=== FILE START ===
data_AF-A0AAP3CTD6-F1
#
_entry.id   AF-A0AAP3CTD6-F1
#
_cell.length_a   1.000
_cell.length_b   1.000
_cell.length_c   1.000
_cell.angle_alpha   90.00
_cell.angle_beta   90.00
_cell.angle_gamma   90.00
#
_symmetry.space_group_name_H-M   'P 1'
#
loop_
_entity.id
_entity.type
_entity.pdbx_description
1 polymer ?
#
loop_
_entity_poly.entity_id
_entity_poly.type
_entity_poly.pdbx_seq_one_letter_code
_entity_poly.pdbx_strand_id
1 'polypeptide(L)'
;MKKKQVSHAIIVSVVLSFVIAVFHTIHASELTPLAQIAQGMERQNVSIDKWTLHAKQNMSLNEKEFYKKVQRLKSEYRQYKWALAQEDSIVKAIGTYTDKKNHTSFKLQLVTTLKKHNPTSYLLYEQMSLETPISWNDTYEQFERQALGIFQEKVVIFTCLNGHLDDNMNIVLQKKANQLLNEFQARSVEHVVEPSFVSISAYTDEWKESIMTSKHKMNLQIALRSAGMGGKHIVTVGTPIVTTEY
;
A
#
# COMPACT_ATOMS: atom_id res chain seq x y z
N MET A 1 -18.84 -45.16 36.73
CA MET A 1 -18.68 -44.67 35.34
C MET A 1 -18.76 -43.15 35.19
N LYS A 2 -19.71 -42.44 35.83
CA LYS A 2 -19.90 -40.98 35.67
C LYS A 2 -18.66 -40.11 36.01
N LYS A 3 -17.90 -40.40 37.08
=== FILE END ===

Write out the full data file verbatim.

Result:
data_AF-A0AAP3CTD6-F1
#
_entry.id   AF-A0AAP3CTD6-F1
#
_cell.length_a   1.000
_cell.length_b   1.000
_cell.length_c   1.000
_cell.angle_alpha   90.00
_cell.angle_beta   90.00
_cell.angle_gamma   90.00
#
_symmetry.space_group_name_H-M   'P 1'
#
loop_
_entity.id
_entity.type
_entity.pdbx_description
1 polymer ?
#
loop_
_entity_poly.entity_id
_entity_poly.type
_entity_poly.pdbx_seq_one_letter_code
_entity_poly.pdbx_strand_id
1 'polypeptide(L)'
;MKKKQVSHAIIVSVVLSFVIAVFHTIHASELTPLAQIAQGMERQNVSIDKWTLHAKQNMSLNEKEFYKKVQRLKSEYRQYKWALAQEDSIVKAIGTYTDKKNHTSFKLQLVTTLKKHNPTSYLLYEQMSLETPISWNDTYEQFERQALGIFQEKVVIFTCLNGHLDDNMNIVLQKKANQLLNEFQARSVEHVVEPSFVSISAYTDEWKESIMTSKHKMNLQIALRSAGMGGKHIVTVGTPIVTTEY
;
A
#
# COMPACT_ATOMS: atom_id res chain seq x y z
N MET A 1 -18.84 -45.16 36.73
CA MET A 1 -18.68 -44.67 35.34
C MET A 1 -18.76 -43.15 35.19
N LYS A 2 -19.71 -42.44 35.83
CA LYS A 2 -19.90 -40.98 35.67
C LYS A 2 -18.66 -40.11 36.01
N LYS A 3 -17.90 -40.40 37.08